Archive for the ‘Christianity’ Category

Why I am a Christian

I would love to say that the heavens tore open and the angels came down and I saw God, but that is not how it went. I would love to be able to say it is because Christians are such nice people who are leading the revolution to make the world a  better place, but it is not like that either.  I love books so instead  it came through a book: the Bible.

I used to be a Marxist – I rarely called myself that back then, partly because Marxism just seemed like common sense to me. I was a materialist: everything is just matter in motion, no gods need apply. Religion was for old women, like my very Catholic grandmother.  No one with any brains would go for that stuff.

I promised my wife that I would read the whole Bible. So I did, from end to end. I was shocked: God told the Jews to wipe out people, to play dirty tricks on them. It was full of all these rules about animal sacrifice and these overly long visions of prophets that made them seem more mad than wise. Then there was Jesus performing miracles – and everyone knows that miracles go against science. Etc.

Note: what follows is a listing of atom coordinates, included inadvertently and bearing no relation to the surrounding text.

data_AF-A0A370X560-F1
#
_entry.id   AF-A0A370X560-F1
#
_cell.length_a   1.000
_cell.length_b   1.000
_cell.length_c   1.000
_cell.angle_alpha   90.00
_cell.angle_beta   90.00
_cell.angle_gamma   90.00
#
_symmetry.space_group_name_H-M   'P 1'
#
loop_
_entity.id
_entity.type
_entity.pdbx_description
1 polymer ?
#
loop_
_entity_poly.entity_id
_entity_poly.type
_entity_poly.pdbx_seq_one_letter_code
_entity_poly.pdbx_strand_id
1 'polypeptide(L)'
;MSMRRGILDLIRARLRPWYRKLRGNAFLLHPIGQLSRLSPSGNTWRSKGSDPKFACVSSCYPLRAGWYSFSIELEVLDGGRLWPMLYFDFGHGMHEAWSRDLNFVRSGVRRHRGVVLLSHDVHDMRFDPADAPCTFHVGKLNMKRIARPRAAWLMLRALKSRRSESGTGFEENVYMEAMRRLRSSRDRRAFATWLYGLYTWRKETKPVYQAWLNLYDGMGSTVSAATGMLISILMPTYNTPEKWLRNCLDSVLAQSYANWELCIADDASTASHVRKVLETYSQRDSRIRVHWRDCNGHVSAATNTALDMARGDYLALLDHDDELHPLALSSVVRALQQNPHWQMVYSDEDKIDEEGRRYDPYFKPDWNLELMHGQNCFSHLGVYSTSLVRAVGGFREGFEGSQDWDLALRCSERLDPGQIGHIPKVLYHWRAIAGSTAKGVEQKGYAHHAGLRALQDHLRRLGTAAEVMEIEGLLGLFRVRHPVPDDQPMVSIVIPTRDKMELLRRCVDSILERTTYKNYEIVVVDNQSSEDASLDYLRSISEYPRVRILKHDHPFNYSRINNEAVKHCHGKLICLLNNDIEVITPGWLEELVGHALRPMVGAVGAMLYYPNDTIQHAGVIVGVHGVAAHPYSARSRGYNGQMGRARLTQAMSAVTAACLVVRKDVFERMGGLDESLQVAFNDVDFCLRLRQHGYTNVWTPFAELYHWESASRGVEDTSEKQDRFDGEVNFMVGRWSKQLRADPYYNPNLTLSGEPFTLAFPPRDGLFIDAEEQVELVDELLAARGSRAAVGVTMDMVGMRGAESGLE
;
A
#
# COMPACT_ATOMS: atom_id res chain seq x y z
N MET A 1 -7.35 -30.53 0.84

So at first reading it did more harm than good. My mother-in-law, another very religious old woman in my life, said it was because I had read it like a paperback novel. I forgot to pray! Right: pray to a god who is not there. And besides, I am not that simple-minded when it comes to books. But it was that – knowing about books – that was my undoing.

I had read communist histories of China so I knew what a history book is like when it is blinded by its own ideas. To my surprise the Bible was not like that. And the miracles were rare and surprisingly matter-of-fact.

Then there was the Resurrection when Jesus rose from the dead. The truth of Christianity rises or falls on that one piece of history. I thought it would take me 30 seconds to show how it could not be true. But 30 seconds turned into 30 minutes then 30 hours then 30 days then 30 months – it became all I could think about – and yet still I failed. I thought of everything, like maybe he played dead or his followers went mad. Surprisingly none of it held up.